Dialogue activation : an approach to user centred constructional modelling of direct manipulation interfaces : a dissertation presented in partial fulfilment of the requirements for the degree of Doctor of Philosophy at Massey University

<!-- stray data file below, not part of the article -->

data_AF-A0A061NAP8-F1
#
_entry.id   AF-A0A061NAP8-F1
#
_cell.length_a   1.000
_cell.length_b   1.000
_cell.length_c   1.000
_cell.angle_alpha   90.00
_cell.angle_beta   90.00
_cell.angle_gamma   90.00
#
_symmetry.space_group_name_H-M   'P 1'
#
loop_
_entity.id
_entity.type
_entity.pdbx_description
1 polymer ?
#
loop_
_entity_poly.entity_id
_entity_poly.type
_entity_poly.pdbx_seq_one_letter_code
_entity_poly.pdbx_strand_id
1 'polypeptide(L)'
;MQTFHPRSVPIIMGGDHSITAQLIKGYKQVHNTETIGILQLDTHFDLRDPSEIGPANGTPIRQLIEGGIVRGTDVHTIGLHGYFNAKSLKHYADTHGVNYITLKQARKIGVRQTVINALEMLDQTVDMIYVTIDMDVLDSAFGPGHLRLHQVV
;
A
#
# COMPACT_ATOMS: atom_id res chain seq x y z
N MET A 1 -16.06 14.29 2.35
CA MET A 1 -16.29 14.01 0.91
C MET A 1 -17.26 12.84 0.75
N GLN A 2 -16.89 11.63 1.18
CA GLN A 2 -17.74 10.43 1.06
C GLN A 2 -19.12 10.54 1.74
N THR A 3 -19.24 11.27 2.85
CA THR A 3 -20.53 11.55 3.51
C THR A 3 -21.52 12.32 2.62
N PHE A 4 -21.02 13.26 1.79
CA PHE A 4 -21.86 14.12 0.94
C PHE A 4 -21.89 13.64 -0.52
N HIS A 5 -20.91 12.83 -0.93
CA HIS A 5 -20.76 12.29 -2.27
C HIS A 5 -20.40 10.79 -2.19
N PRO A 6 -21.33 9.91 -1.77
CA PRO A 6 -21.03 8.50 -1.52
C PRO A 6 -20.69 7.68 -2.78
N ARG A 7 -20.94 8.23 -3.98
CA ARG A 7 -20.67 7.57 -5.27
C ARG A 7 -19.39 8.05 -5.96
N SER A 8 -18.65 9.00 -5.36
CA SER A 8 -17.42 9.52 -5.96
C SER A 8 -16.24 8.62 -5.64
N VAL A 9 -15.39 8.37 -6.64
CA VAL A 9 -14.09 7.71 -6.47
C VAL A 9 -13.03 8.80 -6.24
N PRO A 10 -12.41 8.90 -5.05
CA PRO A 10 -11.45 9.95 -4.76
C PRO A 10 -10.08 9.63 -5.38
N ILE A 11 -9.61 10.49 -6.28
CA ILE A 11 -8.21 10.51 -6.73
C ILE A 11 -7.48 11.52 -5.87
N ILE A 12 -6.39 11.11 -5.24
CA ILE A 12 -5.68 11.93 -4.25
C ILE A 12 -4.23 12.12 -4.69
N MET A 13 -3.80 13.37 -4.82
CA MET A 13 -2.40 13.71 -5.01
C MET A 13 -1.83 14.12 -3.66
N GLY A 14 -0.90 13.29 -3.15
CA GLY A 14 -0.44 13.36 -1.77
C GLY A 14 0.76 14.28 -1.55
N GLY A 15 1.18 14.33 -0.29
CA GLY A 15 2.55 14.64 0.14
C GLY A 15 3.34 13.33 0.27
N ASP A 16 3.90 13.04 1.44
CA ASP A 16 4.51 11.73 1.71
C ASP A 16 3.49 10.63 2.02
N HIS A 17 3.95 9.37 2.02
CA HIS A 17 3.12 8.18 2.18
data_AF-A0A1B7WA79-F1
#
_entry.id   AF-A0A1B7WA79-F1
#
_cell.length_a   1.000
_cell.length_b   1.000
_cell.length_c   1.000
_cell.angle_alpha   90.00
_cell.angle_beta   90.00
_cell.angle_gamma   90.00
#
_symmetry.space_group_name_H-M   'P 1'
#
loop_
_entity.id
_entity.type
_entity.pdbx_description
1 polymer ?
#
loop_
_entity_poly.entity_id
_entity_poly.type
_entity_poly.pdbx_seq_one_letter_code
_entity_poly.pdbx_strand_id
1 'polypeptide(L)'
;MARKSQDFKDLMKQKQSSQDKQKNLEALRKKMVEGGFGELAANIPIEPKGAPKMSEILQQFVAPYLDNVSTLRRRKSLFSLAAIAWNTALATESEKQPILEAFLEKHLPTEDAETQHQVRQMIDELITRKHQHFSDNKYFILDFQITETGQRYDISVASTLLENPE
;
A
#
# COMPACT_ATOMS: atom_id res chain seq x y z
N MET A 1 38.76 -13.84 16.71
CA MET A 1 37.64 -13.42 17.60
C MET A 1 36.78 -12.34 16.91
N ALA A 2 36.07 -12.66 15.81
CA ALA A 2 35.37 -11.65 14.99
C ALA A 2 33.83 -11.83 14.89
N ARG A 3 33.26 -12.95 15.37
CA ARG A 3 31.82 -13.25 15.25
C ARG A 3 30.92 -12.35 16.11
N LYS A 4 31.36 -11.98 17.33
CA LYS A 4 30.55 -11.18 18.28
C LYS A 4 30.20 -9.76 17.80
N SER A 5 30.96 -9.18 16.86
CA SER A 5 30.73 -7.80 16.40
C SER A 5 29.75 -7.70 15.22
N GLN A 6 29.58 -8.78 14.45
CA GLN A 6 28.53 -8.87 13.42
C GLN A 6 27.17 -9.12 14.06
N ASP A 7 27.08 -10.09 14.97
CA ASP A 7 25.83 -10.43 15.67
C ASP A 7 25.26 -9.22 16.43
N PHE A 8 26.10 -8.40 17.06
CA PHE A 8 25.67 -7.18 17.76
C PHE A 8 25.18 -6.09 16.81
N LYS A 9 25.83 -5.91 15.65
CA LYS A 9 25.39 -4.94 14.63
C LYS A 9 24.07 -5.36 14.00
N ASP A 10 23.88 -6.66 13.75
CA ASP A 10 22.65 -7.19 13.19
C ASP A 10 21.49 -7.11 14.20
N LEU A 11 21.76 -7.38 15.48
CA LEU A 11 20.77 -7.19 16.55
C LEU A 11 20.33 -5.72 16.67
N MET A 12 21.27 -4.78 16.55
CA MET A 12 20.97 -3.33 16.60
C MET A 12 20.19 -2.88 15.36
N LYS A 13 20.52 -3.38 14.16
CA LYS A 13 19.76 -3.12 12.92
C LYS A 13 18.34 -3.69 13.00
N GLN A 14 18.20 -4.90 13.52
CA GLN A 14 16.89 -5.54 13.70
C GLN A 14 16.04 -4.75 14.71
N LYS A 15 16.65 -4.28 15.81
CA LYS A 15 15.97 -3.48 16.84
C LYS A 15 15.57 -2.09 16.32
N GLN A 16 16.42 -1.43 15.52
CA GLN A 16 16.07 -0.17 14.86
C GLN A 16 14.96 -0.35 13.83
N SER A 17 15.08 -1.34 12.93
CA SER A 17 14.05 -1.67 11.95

Early stages in the development of interfaces involve the construction of models that aid interface analysis prior to construction. These behavioural models generally take a user-centred perspective. In contrast, subsequent implementation models tend to take a system-centred view of the interface. As a consequence of this change in viewpoint, the task of translating an analysis model into its implementation equivalent is extremely difficult. This thesis proposes a constructional modelling approach for direct manipulation user interfaces (DMUI) that takes a user action viewpoint. Based on a hierarchy of dialogue groups and the notion of dialogue activation, sequence and concurrency within the interface can be described. Dialogues can be in one of two possible states, active or inactive. An active dialogue is one with which the user is able to interact. A dialogue becomes active only if its parent is active, and it receives one of a set of possible activating events. A second set of deactivating events can also exist. In this way a dialogue can be specified in terms of both a user's actions and the sequences in which those actions may be carried out. Dialogue Activation Language (DAL), a language for describing such models is developed, and shown to be applicable to a range of interaction styles. An architecture capable of implementing the dialogue activation model is proposed, and a user interface development system (PIPS), based on this architecture and using DAL is described. It is argued that DAL takes the same view of an interface as would be used in its initial analysis, and as a consequence, facilitates the translation of these early interface models into working prototypes. In addition, it is proposed that taking the DAL approach to modelling DMUI allows great flexibility in describing interaction and encourages experimentation with entirely new interaction styles.